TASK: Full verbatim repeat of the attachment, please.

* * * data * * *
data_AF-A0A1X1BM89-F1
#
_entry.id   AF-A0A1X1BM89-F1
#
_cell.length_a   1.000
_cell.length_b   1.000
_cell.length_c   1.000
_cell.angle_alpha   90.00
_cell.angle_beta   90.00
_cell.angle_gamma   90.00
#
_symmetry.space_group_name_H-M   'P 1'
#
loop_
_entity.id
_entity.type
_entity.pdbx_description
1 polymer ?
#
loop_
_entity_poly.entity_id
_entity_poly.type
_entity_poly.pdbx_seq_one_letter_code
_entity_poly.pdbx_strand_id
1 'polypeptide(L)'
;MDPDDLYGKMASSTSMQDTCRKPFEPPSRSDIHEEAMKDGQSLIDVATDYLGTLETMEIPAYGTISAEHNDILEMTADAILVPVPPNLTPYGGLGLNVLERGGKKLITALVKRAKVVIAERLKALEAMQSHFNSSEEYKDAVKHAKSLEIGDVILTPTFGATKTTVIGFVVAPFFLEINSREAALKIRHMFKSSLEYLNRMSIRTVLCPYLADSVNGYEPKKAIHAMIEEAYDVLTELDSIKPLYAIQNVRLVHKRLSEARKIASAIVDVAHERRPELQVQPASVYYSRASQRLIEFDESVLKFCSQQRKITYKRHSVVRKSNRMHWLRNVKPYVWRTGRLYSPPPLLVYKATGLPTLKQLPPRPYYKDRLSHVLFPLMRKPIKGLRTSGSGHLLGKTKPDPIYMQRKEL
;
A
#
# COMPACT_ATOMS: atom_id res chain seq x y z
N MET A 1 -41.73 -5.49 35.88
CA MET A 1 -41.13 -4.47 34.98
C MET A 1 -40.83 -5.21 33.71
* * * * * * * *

data_AF-A0A1X1BM89-F1
#
_entry.id   AF-A0A1X1BM89-F1
#
_cell.length_a   1.000
_cell.length_b   1.000
_cell.length_c   1.000
_cell.angle_alpha   90.00
_cell.angle_beta   90.00
_cell.angle_gamma   90.00
#
_symmetry.space_group_name_H-M   'P 1'
#
loop_
_entity.id
_entity.type
_entity.pdbx_description
1 polymer ?
#
loop_
_entity_poly.entity_id
_entity_poly.type
_entity_poly.pdbx_seq_one_letter_code
_entity_poly.pdbx_strand_id
1 'polypeptide(L)'
;MDPDDLYGKMASSTSMQDTCRKPFEPPSRSDIHEEAMKDGQSLIDVATDYLGTLETMEIPAYGTISAEHNDILEMTADAILVPVPPNLTPYGGLGLNVLERGGKKLITALVKRAKVVIAERLKALEAMQSHFNSSEEYKDAVKHAKSLEIGDVILTPTFGATKTTVIGFVVAPFFLEINSREAALKIRHMFKSSLEYLNRMSIRTVLCPYLADSVNGYEPKKAIHAMIEEAYDVLTELDSIKPLYAIQNVRLVHKRLSEARKIASAIVDVAHERRPELQVQPASVYYSRASQRLIEFDESVLKFCSQQRKITYKRHSVVRKSNRMHWLRNVKPYVWRTGRLYSPPPLLVYKATGLPTLKQLPPRPYYKDRLSHVLFPLMRKPIKGLRTSGSGHLLGKTKPDPIYMQRKEL
;
A
#
# COMPACT_ATOMS: atom_id res chain seq x y z
N MET A 1 -41.73 -5.49 35.88
CA MET A 1 -41.13 -4.47 34.98
C MET A 1 -40.83 -5.21 33.71